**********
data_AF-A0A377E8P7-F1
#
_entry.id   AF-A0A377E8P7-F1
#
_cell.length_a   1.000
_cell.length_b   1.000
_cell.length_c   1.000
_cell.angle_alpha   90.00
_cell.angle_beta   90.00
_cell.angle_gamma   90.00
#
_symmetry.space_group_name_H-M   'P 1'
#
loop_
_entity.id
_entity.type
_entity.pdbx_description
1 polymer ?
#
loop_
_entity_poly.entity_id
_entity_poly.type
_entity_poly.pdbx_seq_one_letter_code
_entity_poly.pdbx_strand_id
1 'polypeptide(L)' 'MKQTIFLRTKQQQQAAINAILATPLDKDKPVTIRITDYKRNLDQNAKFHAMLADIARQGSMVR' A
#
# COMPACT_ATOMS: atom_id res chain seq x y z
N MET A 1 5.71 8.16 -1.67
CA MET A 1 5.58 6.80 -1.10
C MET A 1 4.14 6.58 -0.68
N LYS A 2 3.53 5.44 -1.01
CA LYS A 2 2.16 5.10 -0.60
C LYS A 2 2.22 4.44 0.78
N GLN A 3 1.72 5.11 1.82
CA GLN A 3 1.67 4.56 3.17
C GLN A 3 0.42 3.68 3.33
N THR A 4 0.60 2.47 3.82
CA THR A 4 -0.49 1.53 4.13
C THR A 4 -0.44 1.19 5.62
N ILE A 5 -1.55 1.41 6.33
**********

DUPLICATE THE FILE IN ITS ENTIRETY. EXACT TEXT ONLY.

data_AF-A0A377E8P7-F1
#
_entry.id   AF-A0A377E8P7-F1
#
_cell.length_a   1.000
_cell.length_b   1.000
_cell.length_c   1.000
_cell.angle_alpha   90.00
_cell.angle_beta   90.00
_cell.angle_gamma   90.00
#
_symmetry.space_group_name_H-M   'P 1'
#
loop_
_entity.id
_entity.type
_entity.pdbx_description
1 polymer ?
#
loop_
_entity_poly.entity_id
_entity_poly.type
_entity_poly.pdbx_seq_one_letter_code
_entity_poly.pdbx_strand_id
1 'polypeptide(L)' 'MKQTIFLRTKQQQQAAINAILATPLDKDKPVTIRITDYKRNLDQNAKFHAMLADIARQGSMVR' A
#
# COMPACT_ATOMS: atom_id res chain seq x y z
N MET A 1 5.71 8.16 -1.67
CA MET A 1 5.58 6.80 -1.10
C MET A 1 4.14 6.58 -0.68
N LYS A 2 3.53 5.44 -1.01
CA LYS A 2 2.16 5.10 -0.60
C LYS A 2 2.22 4.44 0.78
N GLN A 3 1.72 5.11 1.82
CA GLN A 3 1.67 4.56 3.17
C GLN A 3 0.42 3.68 3.33
N THR A 4 0.60 2.47 3.82
CA THR A 4 -0.49 1.53 4.13
C THR A 4 -0.44 1.19 5.62
N ILE A 5 -1.55 1.41 6.33